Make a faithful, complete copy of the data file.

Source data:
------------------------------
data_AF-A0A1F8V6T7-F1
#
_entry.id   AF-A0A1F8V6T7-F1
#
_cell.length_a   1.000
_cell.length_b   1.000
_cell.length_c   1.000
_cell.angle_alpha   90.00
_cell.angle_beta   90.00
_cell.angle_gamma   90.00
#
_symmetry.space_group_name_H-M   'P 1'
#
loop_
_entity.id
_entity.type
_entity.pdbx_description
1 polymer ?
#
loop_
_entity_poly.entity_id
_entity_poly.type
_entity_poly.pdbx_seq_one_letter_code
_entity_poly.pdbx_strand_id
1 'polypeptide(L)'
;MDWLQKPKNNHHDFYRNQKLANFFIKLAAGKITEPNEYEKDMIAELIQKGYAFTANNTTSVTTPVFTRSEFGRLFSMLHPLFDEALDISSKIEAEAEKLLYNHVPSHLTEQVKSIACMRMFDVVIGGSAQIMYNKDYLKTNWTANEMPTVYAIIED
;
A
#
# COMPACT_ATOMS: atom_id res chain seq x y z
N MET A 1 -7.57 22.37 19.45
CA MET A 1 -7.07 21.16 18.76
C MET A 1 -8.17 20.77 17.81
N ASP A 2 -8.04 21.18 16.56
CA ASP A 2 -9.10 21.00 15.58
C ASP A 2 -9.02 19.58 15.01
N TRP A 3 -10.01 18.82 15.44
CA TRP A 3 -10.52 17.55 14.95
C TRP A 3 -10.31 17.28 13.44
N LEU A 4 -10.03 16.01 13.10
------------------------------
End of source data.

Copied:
data_AF-A0A1F8V6T7-F1
#
_entry.id   AF-A0A1F8V6T7-F1
#
_cell.length_a   1.000
_cell.length_b   1.000
_cell.length_c   1.000
_cell.angle_alpha   90.00
_cell.angle_beta   90.00
_cell.angle_gamma   90.00
#
_symmetry.space_group_name_H-M   'P 1'
#
loop_
_entity.id
_entity.type
_entity.pdbx_description
1 polymer ?
#
loop_
_entity_poly.entity_id
_entity_poly.type
_entity_poly.pdbx_seq_one_letter_code
_entity_poly.pdbx_strand_id
1 'polypeptide(L)'
;MDWLQKPKNNHHDFYRNQKLANFFIKLAAGKITEPNEYEKDMIAELIQKGYAFTANNTTSVTTPVFTRSEFGRLFSMLHPLFDEALDISSKIEAEAEKLLYNHVPSHLTEQVKSIACMRMFDVVIGGSAQIMYNKDYLKTNWTANEMPTVYAIIED
;
A
#
# COMPACT_ATOMS: atom_id res chain seq x y z
N MET A 1 -7.57 22.37 19.45
CA MET A 1 -7.07 21.16 18.76
C MET A 1 -8.17 20.77 17.81
N ASP A 2 -8.04 21.18 16.56
CA ASP A 2 -9.10 21.00 15.58
C ASP A 2 -9.02 19.58 15.01
N TRP A 3 -10.01 18.82 15.44
CA TRP A 3 -10.52 17.55 14.95
C TRP A 3 -10.31 17.28 13.44
N LEU A 4 -10.03 16.01 13.10